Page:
Design for Additive Manufacturing
Design for Additive Manufacturing (DfAM) is the key to creating a product that takes full advantage of the unique opportunities offered by AM.
At the same time, DfAM must take into account and respect the process constraints specific to the AM technology that will be used to produce the product. This goes beyond simply redesigning existing parts for AM. However, what is still difficult to achieve is to be successful to take advantage of the additional benefits that AM can bring to an entire product through improvements in shape, reliability, cost and performance. To do that requires knowing the benefits that AM can enable as well as its Drawbacks and Limitations.
Design for AM is definitely more of a concept method in which conscious decisions are made, often compromises, rather than faithfully following a set of design rules as in the case of traditional technologies.
We can Design for You
In-depth knowledge of additive processes and technologies, thanks to 10+ years of experience in this field allow us to understand and identify the design rationale that includes the deep knowledge of what is called “DRIVERS” of technology.
These include maximizing lightness, consolidating multiple parts, maximizing customization, or improving performance. Each one of these “DRIVERS” allows you to identify the component and the goal you want to achieve through the use of the AM. Likewise, it is of equal importance to understand the drawbacks & limitations of each technology in order to be able to select the correct process and the best AM technology for each type of project.
Concepts such as machine access and availability, process interpolation, production capabilities, and scalability of each technology are necessary to be able to guide such a choice.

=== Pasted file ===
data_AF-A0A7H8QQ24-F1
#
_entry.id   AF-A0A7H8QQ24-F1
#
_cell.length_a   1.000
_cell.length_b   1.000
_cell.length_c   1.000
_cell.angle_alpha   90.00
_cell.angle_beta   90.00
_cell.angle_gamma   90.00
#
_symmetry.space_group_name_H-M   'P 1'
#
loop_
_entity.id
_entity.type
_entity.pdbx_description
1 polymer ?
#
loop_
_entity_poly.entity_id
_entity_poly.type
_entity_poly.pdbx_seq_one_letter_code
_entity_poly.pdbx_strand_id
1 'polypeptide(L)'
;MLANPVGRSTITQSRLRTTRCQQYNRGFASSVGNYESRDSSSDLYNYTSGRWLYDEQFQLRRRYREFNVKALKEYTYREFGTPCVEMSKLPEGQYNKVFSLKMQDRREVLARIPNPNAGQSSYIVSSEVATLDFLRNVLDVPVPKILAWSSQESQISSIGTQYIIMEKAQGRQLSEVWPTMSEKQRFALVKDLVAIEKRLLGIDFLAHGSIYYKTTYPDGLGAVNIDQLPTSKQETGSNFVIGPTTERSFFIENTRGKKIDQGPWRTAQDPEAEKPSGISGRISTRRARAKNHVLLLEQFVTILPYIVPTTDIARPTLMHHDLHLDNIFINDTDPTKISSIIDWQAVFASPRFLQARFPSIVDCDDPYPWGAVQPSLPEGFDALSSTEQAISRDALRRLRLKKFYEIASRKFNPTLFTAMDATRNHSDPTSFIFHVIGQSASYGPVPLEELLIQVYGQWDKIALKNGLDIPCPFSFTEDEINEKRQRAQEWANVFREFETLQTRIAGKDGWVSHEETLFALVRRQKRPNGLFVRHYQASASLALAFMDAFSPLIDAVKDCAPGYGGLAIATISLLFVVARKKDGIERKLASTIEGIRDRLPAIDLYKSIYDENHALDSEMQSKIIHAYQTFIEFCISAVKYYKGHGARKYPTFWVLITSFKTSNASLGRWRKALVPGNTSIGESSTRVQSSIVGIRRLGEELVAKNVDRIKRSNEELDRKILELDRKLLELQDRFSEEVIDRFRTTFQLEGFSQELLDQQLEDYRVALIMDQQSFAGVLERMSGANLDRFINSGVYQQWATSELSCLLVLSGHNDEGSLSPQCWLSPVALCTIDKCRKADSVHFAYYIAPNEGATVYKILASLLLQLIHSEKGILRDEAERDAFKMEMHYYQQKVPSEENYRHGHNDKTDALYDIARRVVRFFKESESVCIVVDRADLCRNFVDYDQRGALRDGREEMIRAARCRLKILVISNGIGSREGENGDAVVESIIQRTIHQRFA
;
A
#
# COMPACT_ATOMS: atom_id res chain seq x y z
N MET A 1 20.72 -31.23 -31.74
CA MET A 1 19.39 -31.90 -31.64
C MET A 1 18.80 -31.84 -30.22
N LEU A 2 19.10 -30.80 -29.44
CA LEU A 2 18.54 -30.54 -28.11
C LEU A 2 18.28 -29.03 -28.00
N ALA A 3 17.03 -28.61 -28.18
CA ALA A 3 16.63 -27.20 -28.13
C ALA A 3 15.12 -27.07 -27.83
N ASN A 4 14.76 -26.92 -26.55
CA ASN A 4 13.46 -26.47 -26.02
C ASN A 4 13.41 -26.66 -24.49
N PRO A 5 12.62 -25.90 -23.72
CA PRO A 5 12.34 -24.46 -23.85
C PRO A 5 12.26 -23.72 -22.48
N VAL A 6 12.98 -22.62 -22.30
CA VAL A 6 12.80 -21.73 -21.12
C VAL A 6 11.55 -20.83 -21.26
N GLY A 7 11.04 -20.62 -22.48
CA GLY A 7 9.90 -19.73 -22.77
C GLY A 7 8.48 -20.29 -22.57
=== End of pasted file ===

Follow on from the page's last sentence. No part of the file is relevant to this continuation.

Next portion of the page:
Guidelines, Feature level rules that are dependent and independent of each technology, and 3DPrinting rules are the basis for being able to properly design and produce a component. These gather considerations for each application and function of the case study, material requirements, accuracy and surface finish, tolerances and process characteristics of each technology.
This allows, for example, the reduction in the number of support structures when required, and this immediately translates into lower post-process costs. Improved 3Dprintability of the part reduces time on the machine or allows the mechanical property of the component to be optimized, this is possible by selecting the correct orientation on the machine and better filling of the build volume.
These are just some critical points of the AM process, which thanks to our Know-how we can overcome and optimize. In fact, from the first stage of prototyping to the final component, the deep knowledge and manipulation of these design lines allow us to design by exploiting the maximum potential that Additive technologies unlock.
The entire knowledge of prowess for AM: also known as DfAM enables in its entirety a perfect understanding and management of all phases of the product. Designing for additive manufacturing requires an understanding of the design freedoms and limitations of the technological process, as well as the effect of the choices made regarding the setup and post-processing of the component that will affect its final performance characteristics. The AM designer must consider factors such as build volume limitations, self-supporting features, powder and support removal, and surface finish requirements. Qualified engineers and figures and appropriate software tools are needed for the 3D modelling of potentially very complicated structures (e.g., bionic design, lattice structures, conformal channels, etc.).
We offer guided design services throughout the development and evolution of the idea up to the final prototype using all the experience gained over the last 10 years in contact with the world of AM.